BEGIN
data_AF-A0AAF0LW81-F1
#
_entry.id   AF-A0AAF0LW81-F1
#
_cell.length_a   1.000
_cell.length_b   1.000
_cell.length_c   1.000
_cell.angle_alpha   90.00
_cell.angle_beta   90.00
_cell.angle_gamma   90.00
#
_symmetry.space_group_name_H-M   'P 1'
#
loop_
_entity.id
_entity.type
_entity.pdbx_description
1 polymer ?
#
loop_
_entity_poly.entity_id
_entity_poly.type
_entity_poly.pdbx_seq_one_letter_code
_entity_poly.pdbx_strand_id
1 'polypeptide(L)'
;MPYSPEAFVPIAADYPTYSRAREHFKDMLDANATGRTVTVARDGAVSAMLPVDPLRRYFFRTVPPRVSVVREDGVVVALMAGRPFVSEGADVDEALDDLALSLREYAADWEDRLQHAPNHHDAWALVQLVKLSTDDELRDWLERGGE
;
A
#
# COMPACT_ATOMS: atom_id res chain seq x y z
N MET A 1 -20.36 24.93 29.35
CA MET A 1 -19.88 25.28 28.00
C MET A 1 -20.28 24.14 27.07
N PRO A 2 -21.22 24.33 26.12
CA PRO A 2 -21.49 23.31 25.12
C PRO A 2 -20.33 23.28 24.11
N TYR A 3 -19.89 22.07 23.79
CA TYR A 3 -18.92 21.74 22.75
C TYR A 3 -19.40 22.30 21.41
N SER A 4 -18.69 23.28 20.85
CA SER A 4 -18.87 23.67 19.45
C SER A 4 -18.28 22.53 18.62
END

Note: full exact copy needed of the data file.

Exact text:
data_AF-A0AAF0LW81-F1
#
_entry.id   AF-A0AAF0LW81-F1
#
_cell.length_a   1.000
_cell.length_b   1.000
_cell.length_c   1.000
_cell.angle_alpha   90.00
_cell.angle_beta   90.00
_cell.angle_gamma   90.00
#
_symmetry.space_group_name_H-M   'P 1'
#
loop_
_entity.id
_entity.type
_entity.pdbx_description
1 polymer ?
#
loop_
_entity_poly.entity_id
_entity_poly.type
_entity_poly.pdbx_seq_one_letter_code
_entity_poly.pdbx_strand_id
1 'polypeptide(L)'
;MPYSPEAFVPIAADYPTYSRAREHFKDMLDANATGRTVTVARDGAVSAMLPVDPLRRYFFRTVPPRVSVVREDGVVVALMAGRPFVSEGADVDEALDDLALSLREYAADWEDRLQHAPNHHDAWALVQLVKLSTDDELRDWLERGGE
;
A
#
# COMPACT_ATOMS: atom_id res chain seq x y z
N MET A 1 -20.36 24.93 29.35
CA MET A 1 -19.88 25.28 28.00
C MET A 1 -20.28 24.14 27.07
N PRO A 2 -21.22 24.33 26.12
CA PRO A 2 -21.49 23.31 25.12
C PRO A 2 -20.33 23.28 24.11
N TYR A 3 -19.89 22.07 23.79
CA TYR A 3 -18.92 21.74 22.75
C TYR A 3 -19.40 22.30 21.41
N SER A 4 -18.69 23.28 20.85
CA SER A 4 -18.87 23.67 19.45
C SER A 4 -18.28 22.53 18.62